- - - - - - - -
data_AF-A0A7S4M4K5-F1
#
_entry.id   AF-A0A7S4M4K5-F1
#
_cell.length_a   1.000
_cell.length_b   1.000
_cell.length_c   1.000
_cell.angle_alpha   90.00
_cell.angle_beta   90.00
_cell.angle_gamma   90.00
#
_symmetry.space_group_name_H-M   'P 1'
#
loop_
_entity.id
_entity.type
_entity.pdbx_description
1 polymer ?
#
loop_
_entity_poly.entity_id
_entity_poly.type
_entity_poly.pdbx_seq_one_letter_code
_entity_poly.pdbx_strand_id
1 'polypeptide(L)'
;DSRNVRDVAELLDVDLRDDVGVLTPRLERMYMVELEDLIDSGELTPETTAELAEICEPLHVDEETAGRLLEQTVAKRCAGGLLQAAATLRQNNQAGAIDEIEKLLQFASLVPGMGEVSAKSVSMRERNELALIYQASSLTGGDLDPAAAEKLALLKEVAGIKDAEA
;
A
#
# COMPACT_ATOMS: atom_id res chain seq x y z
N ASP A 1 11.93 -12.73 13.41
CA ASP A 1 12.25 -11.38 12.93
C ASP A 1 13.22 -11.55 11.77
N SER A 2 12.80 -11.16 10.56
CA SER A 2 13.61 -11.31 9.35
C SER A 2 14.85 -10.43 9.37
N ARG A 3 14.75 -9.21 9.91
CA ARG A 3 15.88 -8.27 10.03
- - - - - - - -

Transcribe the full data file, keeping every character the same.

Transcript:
data_AF-A0A7S4M4K5-F1
#
_entry.id   AF-A0A7S4M4K5-F1
#
_cell.length_a   1.000
_cell.length_b   1.000
_cell.length_c   1.000
_cell.angle_alpha   90.00
_cell.angle_beta   90.00
_cell.angle_gamma   90.00
#
_symmetry.space_group_name_H-M   'P 1'
#
loop_
_entity.id
_entity.type
_entity.pdbx_description
1 polymer ?
#
loop_
_entity_poly.entity_id
_entity_poly.type
_entity_poly.pdbx_seq_one_letter_code
_entity_poly.pdbx_strand_id
1 'polypeptide(L)'
;DSRNVRDVAELLDVDLRDDVGVLTPRLERMYMVELEDLIDSGELTPETTAELAEICEPLHVDEETAGRLLEQTVAKRCAGGLLQAAATLRQNNQAGAIDEIEKLLQFASLVPGMGEVSAKSVSMRERNELALIYQASSLTGGDLDPAAAEKLALLKEVAGIKDAEA
;
A
#
# COMPACT_ATOMS: atom_id res chain seq x y z
N ASP A 1 11.93 -12.73 13.41
CA ASP A 1 12.25 -11.38 12.93
C ASP A 1 13.22 -11.55 11.77
N SER A 2 12.80 -11.16 10.56
CA SER A 2 13.61 -11.31 9.35
C SER A 2 14.85 -10.43 9.37
N ARG A 3 14.75 -9.21 9.91
CA ARG A 3 15.88 -8.27 10.03